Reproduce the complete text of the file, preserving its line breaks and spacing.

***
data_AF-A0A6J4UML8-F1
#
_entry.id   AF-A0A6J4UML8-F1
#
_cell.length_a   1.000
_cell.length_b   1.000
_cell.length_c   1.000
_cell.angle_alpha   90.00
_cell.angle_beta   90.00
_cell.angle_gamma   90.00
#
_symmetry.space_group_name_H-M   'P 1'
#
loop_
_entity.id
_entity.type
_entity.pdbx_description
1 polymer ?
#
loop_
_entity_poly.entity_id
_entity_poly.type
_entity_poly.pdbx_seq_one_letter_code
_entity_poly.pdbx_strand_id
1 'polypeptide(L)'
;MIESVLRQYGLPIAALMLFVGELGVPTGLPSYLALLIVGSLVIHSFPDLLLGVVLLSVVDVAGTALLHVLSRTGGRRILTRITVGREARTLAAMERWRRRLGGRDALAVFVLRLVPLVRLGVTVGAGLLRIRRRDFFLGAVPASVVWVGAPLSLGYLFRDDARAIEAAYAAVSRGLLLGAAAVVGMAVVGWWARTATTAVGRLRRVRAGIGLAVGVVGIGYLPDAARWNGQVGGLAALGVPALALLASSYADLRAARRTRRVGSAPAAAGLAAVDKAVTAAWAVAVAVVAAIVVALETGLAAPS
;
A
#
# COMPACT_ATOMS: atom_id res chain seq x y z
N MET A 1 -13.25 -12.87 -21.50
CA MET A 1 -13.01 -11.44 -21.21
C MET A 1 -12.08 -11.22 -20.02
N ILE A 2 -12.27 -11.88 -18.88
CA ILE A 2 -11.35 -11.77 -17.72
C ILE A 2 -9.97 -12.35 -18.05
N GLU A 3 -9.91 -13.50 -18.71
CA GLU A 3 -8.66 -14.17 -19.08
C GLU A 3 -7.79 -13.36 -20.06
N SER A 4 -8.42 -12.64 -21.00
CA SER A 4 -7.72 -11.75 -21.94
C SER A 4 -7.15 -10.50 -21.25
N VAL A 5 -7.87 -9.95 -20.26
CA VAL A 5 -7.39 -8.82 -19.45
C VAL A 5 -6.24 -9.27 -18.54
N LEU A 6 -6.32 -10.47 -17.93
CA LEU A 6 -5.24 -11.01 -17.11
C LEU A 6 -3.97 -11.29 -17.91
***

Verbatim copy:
data_AF-A0A6J4UML8-F1
#
_entry.id   AF-A0A6J4UML8-F1
#
_cell.length_a   1.000
_cell.length_b   1.000
_cell.length_c   1.000
_cell.angle_alpha   90.00
_cell.angle_beta   90.00
_cell.angle_gamma   90.00
#
_symmetry.space_group_name_H-M   'P 1'
#
loop_
_entity.id
_entity.type
_entity.pdbx_description
1 polymer ?
#
loop_
_entity_poly.entity_id
_entity_poly.type
_entity_poly.pdbx_seq_one_letter_code
_entity_poly.pdbx_strand_id
1 'polypeptide(L)'
;MIESVLRQYGLPIAALMLFVGELGVPTGLPSYLALLIVGSLVIHSFPDLLLGVVLLSVVDVAGTALLHVLSRTGGRRILTRITVGREARTLAAMERWRRRLGGRDALAVFVLRLVPLVRLGVTVGAGLLRIRRRDFFLGAVPASVVWVGAPLSLGYLFRDDARAIEAAYAAVSRGLLLGAAAVVGMAVVGWWARTATTAVGRLRRVRAGIGLAVGVVGIGYLPDAARWNGQVGGLAALGVPALALLASSYADLRAARRTRRVGSAPAAAGLAAVDKAVTAAWAVAVAVVAAIVVALETGLAAPS
;
A
#
# COMPACT_ATOMS: atom_id res chain seq x y z
N MET A 1 -13.25 -12.87 -21.50
CA MET A 1 -13.01 -11.44 -21.21
C MET A 1 -12.08 -11.22 -20.02
N ILE A 2 -12.27 -11.88 -18.88
CA ILE A 2 -11.35 -11.77 -17.72
C ILE A 2 -9.97 -12.35 -18.05
N GLU A 3 -9.91 -13.50 -18.71
CA GLU A 3 -8.66 -14.17 -19.08
C GLU A 3 -7.79 -13.36 -20.06
N SER A 4 -8.42 -12.64 -21.00
CA SER A 4 -7.72 -11.75 -21.94
C SER A 4 -7.15 -10.50 -21.25
N VAL A 5 -7.87 -9.95 -20.26
CA VAL A 5 -7.39 -8.82 -19.45
C VAL A 5 -6.24 -9.27 -18.54
N LEU A 6 -6.32 -10.47 -17.93
CA LEU A 6 -5.24 -11.01 -17.11
C LEU A 6 -3.97 -11.29 -17.91